Recent city hirees don't add to fire deparment's diversity

New London — Despite concern among city officials and residents that the department ought to resemble the diverse community it serves, six newly-hired firefighters began their assignments this week — and they are all white males.

The six young men, all of whom achieved top scores in the city’s rigorous, numerically graded application process, were sworn in at city hall last Friday after three weeks of on-the-job training, much of it during the OpSail festivities.

Out of the pool of 150 candidates who vied for positions within the department, only a handful were ethnic minorities or women, none of whom did particularly well during the application process, said city personnel coordinator, Dianna Lowther.

“The pool of people that came through was excellent,” said Lowther, “But we didn’t get a big pool of minorities and the ones we did get just didn’t do as well on the tests.”

There are now a total of 79 people in the fire department, 72 of whom fight fires. There are no women “on the line,” though there is a female fire inspector. There is only a handful of minorities.

The problem, say Lowther and New London Fire Chief Ronald Samul, is that minorities typically aren’t drawn to the profession, and those who are often do not have the credentials or high enough levels of education required for the job. In the case of the recent hires, the department was also looking for firefighters with previous experience.

“It’s a very big concern,” Lowther said of the difficulty in finding minority candidates. “In the firefighting department it’s very difficult in many cities, not just ours.”

“I feel fine as far as the guys that got hired, because they were excellent, excellent candidates, so I can’t place (minority) candidates ahead of people that are so far ahead of them,” Lowther said. “I want to put minorities in the department that are as qualified (as non-minorities), but I can’t make up the data.”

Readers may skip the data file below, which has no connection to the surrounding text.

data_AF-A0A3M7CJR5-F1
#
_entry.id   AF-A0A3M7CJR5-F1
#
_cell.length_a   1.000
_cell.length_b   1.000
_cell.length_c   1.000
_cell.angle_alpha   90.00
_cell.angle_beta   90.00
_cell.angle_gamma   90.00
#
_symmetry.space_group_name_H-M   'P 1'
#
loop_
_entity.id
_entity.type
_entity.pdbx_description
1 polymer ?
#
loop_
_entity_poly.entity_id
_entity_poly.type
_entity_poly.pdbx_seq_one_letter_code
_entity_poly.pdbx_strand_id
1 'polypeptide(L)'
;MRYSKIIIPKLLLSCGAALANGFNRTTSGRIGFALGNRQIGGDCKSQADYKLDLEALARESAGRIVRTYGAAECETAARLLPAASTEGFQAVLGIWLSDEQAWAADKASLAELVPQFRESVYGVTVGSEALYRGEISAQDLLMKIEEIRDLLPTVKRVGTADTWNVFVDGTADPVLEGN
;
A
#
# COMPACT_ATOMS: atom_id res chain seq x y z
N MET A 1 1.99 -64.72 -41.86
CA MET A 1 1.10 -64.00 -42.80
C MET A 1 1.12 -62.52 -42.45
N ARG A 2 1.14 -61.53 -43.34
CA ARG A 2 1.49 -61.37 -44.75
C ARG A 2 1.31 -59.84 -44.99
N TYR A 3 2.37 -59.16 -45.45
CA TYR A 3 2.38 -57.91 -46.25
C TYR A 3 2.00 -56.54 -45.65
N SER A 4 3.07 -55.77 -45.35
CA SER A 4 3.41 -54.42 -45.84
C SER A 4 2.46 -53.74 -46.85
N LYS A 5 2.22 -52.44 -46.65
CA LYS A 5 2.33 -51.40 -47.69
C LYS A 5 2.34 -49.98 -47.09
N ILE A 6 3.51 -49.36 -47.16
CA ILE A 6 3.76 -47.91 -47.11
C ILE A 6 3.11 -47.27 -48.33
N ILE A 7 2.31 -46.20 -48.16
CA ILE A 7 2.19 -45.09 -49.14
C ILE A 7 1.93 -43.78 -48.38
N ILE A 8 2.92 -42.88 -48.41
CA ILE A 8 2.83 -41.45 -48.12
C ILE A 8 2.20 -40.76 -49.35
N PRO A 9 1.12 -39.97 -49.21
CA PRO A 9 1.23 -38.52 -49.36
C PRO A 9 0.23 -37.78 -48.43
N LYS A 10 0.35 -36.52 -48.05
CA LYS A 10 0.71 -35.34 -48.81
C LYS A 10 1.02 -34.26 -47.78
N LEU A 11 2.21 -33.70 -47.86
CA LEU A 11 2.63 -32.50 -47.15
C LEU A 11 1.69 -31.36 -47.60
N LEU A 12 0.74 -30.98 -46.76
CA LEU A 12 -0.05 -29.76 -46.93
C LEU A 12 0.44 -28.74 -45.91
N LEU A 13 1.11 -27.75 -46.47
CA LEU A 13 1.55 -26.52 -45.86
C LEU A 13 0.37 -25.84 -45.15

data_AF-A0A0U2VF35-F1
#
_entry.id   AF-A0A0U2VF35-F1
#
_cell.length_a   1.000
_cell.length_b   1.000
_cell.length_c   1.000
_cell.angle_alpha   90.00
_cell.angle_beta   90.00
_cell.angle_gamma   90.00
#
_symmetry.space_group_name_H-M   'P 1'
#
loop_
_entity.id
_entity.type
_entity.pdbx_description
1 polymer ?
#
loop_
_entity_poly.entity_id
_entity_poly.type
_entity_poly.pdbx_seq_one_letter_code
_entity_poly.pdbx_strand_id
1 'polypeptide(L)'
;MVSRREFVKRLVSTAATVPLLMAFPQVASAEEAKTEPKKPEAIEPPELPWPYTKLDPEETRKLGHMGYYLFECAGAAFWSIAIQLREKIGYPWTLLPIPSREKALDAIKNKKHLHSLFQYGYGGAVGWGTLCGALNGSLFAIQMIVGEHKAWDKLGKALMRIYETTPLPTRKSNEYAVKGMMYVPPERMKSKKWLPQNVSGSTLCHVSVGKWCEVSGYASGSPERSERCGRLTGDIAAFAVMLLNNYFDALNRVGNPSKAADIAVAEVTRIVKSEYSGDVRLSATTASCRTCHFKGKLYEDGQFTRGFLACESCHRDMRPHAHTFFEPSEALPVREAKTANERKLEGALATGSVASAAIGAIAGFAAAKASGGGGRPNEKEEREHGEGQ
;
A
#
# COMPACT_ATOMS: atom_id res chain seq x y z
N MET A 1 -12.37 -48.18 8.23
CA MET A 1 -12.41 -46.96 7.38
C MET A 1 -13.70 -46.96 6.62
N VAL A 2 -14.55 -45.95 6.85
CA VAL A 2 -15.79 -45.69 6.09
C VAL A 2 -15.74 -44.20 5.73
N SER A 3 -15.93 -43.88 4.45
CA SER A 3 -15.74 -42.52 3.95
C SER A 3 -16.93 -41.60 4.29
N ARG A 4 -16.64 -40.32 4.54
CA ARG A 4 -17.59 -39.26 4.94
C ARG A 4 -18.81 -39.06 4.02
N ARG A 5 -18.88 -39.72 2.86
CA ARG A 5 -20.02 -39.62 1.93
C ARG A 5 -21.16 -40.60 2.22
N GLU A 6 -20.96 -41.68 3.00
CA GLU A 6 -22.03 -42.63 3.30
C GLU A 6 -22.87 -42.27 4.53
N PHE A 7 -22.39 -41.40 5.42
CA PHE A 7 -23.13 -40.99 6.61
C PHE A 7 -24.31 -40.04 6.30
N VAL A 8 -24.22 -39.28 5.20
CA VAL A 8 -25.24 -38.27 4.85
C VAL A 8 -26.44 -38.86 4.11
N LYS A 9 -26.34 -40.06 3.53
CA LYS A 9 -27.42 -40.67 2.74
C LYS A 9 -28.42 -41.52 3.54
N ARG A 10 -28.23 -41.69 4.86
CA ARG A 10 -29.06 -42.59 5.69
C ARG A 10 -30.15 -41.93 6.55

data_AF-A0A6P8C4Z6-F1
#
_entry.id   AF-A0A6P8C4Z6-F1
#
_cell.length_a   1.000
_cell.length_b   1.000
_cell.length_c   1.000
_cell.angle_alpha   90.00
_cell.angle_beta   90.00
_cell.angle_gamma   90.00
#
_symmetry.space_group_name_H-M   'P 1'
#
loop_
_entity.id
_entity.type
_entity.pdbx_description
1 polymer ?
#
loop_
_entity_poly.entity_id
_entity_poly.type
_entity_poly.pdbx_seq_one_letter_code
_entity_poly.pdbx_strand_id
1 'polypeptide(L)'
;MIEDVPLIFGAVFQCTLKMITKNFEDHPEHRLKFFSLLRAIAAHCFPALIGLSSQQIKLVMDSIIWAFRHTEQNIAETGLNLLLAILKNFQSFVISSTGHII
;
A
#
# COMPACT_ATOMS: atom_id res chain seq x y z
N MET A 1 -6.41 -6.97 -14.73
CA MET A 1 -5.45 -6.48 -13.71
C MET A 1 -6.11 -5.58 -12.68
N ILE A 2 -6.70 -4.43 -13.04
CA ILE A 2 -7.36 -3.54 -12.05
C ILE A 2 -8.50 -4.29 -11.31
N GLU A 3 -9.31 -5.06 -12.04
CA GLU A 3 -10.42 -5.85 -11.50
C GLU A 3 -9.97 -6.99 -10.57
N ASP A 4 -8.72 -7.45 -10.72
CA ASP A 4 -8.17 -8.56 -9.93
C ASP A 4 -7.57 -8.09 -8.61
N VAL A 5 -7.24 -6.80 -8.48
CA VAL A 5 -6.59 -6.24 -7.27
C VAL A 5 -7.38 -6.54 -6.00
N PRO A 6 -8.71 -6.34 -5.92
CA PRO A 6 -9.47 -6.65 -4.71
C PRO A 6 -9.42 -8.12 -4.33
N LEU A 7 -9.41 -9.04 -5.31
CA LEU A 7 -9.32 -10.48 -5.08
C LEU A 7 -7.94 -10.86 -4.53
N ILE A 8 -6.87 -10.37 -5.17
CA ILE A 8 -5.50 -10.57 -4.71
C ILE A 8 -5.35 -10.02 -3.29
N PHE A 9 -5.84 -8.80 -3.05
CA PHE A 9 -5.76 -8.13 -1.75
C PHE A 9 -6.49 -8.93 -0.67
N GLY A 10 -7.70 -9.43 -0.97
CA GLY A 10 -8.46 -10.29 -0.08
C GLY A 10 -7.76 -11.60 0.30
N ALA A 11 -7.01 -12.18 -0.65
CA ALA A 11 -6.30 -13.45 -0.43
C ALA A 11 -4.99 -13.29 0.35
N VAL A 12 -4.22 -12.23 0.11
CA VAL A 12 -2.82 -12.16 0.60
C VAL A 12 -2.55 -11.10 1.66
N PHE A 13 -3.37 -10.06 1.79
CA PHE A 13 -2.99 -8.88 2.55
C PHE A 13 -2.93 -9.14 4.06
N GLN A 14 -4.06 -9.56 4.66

Lowther, who began as personnel coordinator in early 1999, said that when she first started her job, she was alarmed by the imbalance between non-minorities and minorities in many city departments, but she said, “the fire department was the weakest in terms of diversity.”

“The fire department is the main one, so we’re looking at a program to get minorities on an even keel, so they can compete,” Lowther said. “We’ve done a preliminary plan and we’ve brought the idea to council and they approved it for the new budget, so as of July 1, we have the dollars.”

Chief Samul, a 30-year-veteran of the department, said he is concerned about the lack of diversity and hopes the training programs will convince minorities, and more local people in general, to enter the firefighting profession.

“We think what we’re going to do is develop a program and build some incentives to help people prepare for these positions,” he said.

The personnel department received a $40,000 allotment from the council to start the training program that it hopes will attract more minorities into the department. The program, Lowther said, will happen “really soon.”

“We are on the same page as far as this is concerned,” said Lowther, referring to city and fire officials. “It’s just a question of getting there.”

The hiring procedure in the city’s fire department is based on points — those candidates with the highest scores are selected first. The process begins when the fire chief alerts the city’s personnel department of vacancies and it places ads locally announcing the openings. The personnel department then administers various tests to the pool of applicants and conducts an “application review” that includes looking at an extensive application form, resume and certain criteria and giving points based on a variety of elements in each. Each test is given a numerical score and averaged into a total. The top candidates are then passed on to the fire chief who interviews them along with other officials.

“The oral interview was the most excruciating ten minutes of my life,” explained New London native Jeremy Hynek, one of the recent hires. Hynek holds a bachelor’s degree in fire service administration and comes from a family of firefighters.

The candidates who “pass” the oral interview, which is also given a numerical score, then go on to background tests, which include physical and psychological examinations.

Barry Fuller Jr., of Waterford, who formerly worked for the Mohegan Tribal Fire Department, was the first of the new hires to get a formal assignment — to “Group 4.” He began work on Sunday.

“We’re waiting for a fire, but we’re also meeting a new group of guys in a department and we’re going to be thrown into a new situation together. And we’ll handle it,” said Fuller, who said he’s wanted to be a firefighter since he was a young boy.

“New London is growing and there’s a lot happening in this city,” added Fuller “I wanted to be a part of it.”

The other new hires are Reginald Hansen Jr. of East Lyme and Daniel Davis, Christopher Bunkley and Thomas Feliciano, all of Waterford.
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